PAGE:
Bethesda, MD -- A new Health Policy Brief from Health Affairs and the Robert Wood Johnson Foundation discusses the challenges facing so-called navigators and assisters as they help consumers understand and select health insurance policies from the Affordable Care Act's new exchanges, or Marketplaces. The enrollment process is complex, and navigators and assisters have been trained to both enroll people and assist them with subsidy applications. However, some critics of the Affordable Care Act (ACA) have raised concerns about insufficient training and privacy safeguards.
Some of the topics covered in this brief include:
- What's the background? The brief outlines the functions of navigators and assisters, who provide one-on-one help by explaining how the Marketplace and its federal premium subsidies work. Those states that run their own exchanges can use ACA establishment grant funds to set up their navigator programs; however, only separate operational funds can be used to pay individual navigators. Yet those funds will not be available until January 1, 2014, precluding navigators from working during open-enrollment season when they are needed most. To address this gap, the Department of Health and Human Services (HHS) created the assisters program, which is very similar to the navigators program but does not face the same restrictions on how individuals can be paid.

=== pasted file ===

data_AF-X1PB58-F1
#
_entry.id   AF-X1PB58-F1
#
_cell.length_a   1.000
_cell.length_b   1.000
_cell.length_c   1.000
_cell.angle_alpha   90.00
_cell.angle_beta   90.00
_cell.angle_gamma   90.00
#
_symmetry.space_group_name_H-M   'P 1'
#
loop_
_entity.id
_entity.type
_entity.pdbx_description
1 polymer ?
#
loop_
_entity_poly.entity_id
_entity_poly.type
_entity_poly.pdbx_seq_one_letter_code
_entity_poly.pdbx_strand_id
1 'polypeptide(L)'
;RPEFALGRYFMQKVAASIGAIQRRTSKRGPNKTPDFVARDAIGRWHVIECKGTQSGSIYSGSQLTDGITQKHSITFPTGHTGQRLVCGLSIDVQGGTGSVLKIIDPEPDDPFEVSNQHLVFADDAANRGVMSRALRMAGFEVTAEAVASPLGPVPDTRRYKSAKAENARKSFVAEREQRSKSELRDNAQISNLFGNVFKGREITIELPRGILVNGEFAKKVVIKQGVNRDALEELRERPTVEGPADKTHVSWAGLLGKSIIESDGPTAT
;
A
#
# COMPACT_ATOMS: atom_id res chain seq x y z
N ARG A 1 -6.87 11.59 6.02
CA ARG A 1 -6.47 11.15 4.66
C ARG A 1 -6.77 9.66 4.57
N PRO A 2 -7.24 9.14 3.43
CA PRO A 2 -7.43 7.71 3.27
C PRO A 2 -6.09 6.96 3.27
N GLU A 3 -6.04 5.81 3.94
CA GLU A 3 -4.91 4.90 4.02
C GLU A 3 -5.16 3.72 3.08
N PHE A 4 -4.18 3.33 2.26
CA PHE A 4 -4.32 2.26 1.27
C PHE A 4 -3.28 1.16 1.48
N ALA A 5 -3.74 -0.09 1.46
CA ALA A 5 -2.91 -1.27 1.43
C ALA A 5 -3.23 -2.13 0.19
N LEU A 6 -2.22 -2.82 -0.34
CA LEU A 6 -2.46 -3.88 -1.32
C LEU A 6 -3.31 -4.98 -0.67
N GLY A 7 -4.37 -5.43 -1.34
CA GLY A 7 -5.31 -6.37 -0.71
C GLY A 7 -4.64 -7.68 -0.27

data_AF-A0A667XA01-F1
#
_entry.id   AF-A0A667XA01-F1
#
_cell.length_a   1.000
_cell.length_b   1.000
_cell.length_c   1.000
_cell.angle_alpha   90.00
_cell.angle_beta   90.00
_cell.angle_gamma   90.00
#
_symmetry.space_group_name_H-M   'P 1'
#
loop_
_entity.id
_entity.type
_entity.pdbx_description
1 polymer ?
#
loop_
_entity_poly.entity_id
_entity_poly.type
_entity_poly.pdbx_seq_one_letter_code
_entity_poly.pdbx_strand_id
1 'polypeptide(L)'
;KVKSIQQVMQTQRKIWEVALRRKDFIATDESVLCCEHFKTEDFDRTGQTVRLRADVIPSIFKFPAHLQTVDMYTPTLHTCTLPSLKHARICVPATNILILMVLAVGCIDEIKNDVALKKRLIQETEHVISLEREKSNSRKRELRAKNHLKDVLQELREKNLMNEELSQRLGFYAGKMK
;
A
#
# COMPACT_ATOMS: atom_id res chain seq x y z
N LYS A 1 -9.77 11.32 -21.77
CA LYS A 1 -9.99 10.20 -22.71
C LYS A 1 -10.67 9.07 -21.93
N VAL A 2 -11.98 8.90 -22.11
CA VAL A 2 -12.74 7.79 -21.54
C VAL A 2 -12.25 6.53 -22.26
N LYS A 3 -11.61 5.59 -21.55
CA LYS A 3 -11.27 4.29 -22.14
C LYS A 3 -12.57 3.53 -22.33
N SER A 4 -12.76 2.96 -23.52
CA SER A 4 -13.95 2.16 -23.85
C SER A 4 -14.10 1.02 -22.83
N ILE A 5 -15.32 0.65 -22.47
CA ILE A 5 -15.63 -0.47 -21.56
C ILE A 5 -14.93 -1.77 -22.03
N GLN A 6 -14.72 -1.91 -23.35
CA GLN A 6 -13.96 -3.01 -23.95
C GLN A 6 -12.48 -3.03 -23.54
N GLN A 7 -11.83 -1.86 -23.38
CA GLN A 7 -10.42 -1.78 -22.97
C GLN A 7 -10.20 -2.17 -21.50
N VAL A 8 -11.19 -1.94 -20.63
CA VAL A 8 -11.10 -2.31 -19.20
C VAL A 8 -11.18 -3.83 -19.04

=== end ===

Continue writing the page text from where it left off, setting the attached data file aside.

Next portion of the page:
- What's the debate? Much of what navigators do overlaps with the work of health insurance agents and brokers (who receive commissions and fees from insurance companies for every policy they help sell). Some brokers and agents, feeling undercut by assisters and navigators, have lobbied state legislatures to pass laws requiring navigators to receive additional training. In addition, a group of 13 state attorneys general have recently voiced their concerns about navigator training and access to sensitive consumer information--and members of the House of Representatives have begun investigating the navigator and assister programs.
- What's next? With the rough launch of the federally run exchanges, navigators and assisters are essential to successfully enrolling millions of Americans. In addition to navigators and assisters, HHS will also rely on not-for-profit organizations to provide outreach and education. Meanwhile, the battle over state laws imposing additional requirements on navigators will play out over the next few months as navigators and assisters begin their work. HHS may need to provide clearer guidance on when state laws prohibit navigators from fulfilling their duties.
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